About Us

The Remedy Project recruits and trains students to serve as advocates for people incarcerated in the United States.

Remedy Project training session photo


The Remedy Project LogoFrom guard assault to solitary confinement to medical malpractice, the problem of abuse and neglect within American prisons is well documented. For the millions of people incarcerated across the country, there is only one official avenue for recourse against this mistreatment – the Administrative Remedy Process. Though rarely used, and even more rarely used effectively, this process allows an incarcerated person to file a grievance about their inhumane treatment and requires staff to address the complaint. 

The Remedy Project organizes students to harness the power of the administrative remedy process from the outside to defend people on the inside. Founded in 2019 by David, a returning citizen who mastered the administrative remedy during his ten-year term in federal prison, and Anna, a student organizer from Barnard College, the overall mission of The Remedy Project is to recruit and train students to serve as advocates for people incarcerated in the United States. To accomplish that mission, The Project recruits formerly-incarcerated individuals with experience using the administrative remedy process to train student volunteers. By building a powerful coalition between justice-involved advocates and student organizers, The Remedy Project holds prison administrations accountable for abuse and neglect, demands a departure from the punitive nature of prison staff, combats injustice, and restores some humanity to people caught in an inhumane system.


Client Advocacy

The Remedy Project assists our incarcerated clients through the entire administrative remedy process. Incarcerated people seeking assistance sign up for our services, and when issues arise, their detailed complaints are translated into effective and powerful administrative remedies by our team of formerly incarcerated mentors and student volunteers.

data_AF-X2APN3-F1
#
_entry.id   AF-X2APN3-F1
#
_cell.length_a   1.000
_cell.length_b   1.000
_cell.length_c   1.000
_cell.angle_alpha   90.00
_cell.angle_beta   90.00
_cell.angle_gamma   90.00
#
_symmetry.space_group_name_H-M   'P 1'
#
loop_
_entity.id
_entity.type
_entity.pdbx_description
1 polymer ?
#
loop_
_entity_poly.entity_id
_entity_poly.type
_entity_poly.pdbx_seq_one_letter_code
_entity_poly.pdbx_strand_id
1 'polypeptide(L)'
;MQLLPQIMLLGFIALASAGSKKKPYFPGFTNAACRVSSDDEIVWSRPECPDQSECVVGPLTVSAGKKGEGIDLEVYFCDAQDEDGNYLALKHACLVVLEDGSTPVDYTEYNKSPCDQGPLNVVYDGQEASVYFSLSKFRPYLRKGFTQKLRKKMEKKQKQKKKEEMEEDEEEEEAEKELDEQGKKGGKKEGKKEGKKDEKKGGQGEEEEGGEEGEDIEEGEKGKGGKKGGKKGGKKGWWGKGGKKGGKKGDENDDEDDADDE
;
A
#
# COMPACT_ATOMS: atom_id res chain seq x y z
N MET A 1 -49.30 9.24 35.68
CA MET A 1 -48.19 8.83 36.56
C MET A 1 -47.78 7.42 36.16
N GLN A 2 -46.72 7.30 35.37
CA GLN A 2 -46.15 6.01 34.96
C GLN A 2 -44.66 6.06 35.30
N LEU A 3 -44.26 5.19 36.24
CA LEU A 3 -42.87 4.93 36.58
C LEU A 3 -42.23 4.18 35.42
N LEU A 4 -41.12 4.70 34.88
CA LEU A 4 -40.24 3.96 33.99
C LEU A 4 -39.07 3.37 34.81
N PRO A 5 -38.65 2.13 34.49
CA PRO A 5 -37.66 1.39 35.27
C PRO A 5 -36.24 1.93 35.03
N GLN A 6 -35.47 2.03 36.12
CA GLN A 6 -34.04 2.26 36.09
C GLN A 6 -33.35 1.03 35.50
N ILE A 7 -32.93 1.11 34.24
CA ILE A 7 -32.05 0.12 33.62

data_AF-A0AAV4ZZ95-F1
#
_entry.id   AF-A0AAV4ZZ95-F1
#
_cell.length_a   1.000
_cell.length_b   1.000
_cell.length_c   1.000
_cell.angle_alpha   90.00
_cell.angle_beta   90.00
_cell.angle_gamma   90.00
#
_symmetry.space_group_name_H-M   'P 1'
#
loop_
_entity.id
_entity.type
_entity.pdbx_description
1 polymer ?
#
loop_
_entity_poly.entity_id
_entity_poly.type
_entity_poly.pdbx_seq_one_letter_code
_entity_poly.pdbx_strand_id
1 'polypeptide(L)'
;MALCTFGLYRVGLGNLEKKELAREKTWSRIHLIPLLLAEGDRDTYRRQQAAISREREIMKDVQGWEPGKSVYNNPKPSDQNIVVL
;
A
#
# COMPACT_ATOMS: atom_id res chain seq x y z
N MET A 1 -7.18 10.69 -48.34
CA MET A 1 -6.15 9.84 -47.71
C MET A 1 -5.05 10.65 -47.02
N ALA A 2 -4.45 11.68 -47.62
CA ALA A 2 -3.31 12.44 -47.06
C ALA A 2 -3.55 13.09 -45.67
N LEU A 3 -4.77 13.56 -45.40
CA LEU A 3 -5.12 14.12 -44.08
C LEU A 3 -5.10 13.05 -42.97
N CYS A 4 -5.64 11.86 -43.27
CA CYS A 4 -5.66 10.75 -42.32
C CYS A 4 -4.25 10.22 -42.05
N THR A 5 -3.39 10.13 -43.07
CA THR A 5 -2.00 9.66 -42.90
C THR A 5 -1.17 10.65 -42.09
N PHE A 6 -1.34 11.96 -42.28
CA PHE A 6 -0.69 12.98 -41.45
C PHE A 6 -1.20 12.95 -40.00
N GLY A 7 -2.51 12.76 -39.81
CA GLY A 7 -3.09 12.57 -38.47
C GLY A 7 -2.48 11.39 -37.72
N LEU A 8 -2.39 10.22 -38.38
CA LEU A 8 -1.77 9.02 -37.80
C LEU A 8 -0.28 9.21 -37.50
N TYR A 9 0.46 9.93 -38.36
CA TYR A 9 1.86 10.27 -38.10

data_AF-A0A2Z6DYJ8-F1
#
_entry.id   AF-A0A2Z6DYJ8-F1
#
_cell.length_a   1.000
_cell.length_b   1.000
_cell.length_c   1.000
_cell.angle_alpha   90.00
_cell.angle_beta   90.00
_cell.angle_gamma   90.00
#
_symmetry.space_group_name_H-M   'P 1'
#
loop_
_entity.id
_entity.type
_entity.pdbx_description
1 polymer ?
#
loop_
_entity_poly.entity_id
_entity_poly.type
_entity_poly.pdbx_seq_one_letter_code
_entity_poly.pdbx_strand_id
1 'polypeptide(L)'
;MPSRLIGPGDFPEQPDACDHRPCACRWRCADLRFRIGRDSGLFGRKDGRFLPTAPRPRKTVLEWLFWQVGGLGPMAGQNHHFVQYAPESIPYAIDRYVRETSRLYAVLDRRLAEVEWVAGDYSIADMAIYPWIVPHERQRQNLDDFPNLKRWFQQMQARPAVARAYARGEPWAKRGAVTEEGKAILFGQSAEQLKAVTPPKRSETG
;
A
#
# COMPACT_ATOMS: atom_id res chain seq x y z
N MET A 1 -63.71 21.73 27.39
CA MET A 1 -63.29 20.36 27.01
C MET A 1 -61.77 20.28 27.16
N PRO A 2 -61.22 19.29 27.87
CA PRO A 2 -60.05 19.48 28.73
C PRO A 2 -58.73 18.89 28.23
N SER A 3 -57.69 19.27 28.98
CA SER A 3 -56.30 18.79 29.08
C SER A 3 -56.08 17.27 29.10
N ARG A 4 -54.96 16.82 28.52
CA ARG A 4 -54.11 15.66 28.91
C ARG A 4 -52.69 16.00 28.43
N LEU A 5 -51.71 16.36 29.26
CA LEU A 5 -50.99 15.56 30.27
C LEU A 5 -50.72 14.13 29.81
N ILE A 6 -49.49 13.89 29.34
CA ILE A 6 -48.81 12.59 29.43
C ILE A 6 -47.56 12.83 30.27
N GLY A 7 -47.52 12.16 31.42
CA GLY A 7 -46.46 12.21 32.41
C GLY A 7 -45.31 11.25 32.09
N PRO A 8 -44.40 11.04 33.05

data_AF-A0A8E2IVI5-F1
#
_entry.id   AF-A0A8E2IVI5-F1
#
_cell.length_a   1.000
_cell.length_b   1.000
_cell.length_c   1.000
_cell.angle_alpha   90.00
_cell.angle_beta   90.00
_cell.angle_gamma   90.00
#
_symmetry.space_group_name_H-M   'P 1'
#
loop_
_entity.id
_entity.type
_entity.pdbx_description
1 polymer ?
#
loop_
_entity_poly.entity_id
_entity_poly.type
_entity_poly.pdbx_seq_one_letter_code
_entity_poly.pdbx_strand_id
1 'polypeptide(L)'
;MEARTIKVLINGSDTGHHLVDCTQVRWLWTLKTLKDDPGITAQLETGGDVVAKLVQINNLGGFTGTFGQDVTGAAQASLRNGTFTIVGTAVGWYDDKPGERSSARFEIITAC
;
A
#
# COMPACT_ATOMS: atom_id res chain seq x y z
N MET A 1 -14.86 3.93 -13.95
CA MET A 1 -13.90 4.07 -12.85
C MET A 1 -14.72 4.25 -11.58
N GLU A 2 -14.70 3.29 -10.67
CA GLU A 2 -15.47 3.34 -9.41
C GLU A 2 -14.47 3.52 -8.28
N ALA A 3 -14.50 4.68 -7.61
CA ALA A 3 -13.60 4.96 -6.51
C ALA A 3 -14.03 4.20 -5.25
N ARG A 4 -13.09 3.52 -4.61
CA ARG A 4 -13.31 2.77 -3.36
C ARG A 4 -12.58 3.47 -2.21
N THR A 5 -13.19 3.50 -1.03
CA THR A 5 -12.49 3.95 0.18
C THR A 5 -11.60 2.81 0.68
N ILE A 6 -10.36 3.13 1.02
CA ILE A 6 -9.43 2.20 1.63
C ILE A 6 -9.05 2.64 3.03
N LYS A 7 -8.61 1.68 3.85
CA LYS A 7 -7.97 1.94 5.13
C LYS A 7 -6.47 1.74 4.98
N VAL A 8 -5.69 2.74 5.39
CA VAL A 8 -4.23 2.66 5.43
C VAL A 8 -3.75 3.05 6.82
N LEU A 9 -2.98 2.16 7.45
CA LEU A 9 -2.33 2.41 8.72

Before assisting in client advocacy, students participate in a semester-long training program where they learn how to write and file grievance reports and appeals, along with crucial knowledge about the culture of prisons, the mentality of incarcerated people and staff, and the tactics of prison bureaucracies.

The Remedy Project believes in the expertise of those with direct experience with the criminal legal system – our team of formerly incarcerated jailhouse lawyers facilitate student training and oversee client advocacy. 

Public Advocacy

Client representation is coupled with and strengthened by our public advocacy efforts. Organized entirely by student volunteers, the goal of our public advocacy is to share stories about our clients’ experiences of incarceration in order to educate the public about the horrors of life in prison and pressure prison officials to address the massive-scale human rights crisis persisting under their noses. For more information, visit our action page action.theremedyproj.org

Get Help

If you or your loved one is seeking help for an issue they are experiencing while incarcerated in federal prison, contact us at intake@theremedyproj.org or at (929) 224-0380 with the following information to enroll in our services: 

  • full name
  • register number
  • name and address of the institution where they are incarcerated
  • release date
  • information about the issue you would like us to help with


We welcome your questions and comments

Main Office

40 Rector Street, 9th Fl
New York, NY 10006

Telephone: 646.602.5600

Email: rp@urbanjustice.org


M-F: 10:00AM-6:00PM

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